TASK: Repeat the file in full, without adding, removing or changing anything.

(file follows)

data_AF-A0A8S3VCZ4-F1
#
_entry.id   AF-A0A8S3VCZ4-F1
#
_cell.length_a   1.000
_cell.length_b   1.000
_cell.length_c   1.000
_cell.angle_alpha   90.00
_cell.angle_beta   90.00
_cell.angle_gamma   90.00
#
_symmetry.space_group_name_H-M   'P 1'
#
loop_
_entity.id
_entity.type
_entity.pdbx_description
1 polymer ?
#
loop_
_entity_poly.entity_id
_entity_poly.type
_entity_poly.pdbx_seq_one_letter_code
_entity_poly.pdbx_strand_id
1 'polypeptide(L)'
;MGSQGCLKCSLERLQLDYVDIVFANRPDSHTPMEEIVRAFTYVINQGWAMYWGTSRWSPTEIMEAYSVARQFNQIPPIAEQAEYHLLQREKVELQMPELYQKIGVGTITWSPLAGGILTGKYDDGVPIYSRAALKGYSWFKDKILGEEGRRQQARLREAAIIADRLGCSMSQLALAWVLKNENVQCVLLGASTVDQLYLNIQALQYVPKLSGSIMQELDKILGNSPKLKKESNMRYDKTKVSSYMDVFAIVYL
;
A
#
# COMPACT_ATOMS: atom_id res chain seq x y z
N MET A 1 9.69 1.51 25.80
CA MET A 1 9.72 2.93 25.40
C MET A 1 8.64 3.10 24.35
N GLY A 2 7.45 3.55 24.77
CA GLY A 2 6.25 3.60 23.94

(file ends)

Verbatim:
data_AF-A0A8S3VCZ4-F1
#
_entry.id   AF-A0A8S3VCZ4-F1
#
_cell.length_a   1.000
_cell.length_b   1.000
_cell.length_c   1.000
_cell.angle_alpha   90.00
_cell.angle_beta   90.00
_cell.angle_gamma   90.00
#
_symmetry.space_group_name_H-M   'P 1'
#
loop_
_entity.id
_entity.type
_entity.pdbx_description
1 polymer ?
#
loop_
_entity_poly.entity_id
_entity_poly.type
_entity_poly.pdbx_seq_one_letter_code
_entity_poly.pdbx_strand_id
1 'polypeptide(L)'
;MGSQGCLKCSLERLQLDYVDIVFANRPDSHTPMEEIVRAFTYVINQGWAMYWGTSRWSPTEIMEAYSVARQFNQIPPIAEQAEYHLLQREKVELQMPELYQKIGVGTITWSPLAGGILTGKYDDGVPIYSRAALKGYSWFKDKILGEEGRRQQARLREAAIIADRLGCSMSQLALAWVLKNENVQCVLLGASTVDQLYLNIQALQYVPKLSGSIMQELDKILGNSPKLKKESNMRYDKTKVSSYMDVFAIVYL
;
A
#
# COMPACT_ATOMS: atom_id res chain seq x y z
N MET A 1 9.69 1.51 25.80
CA MET A 1 9.72 2.93 25.40
C MET A 1 8.64 3.10 24.35
N GLY A 2 7.45 3.55 24.77
CA GLY A 2 6.25 3.60 23.94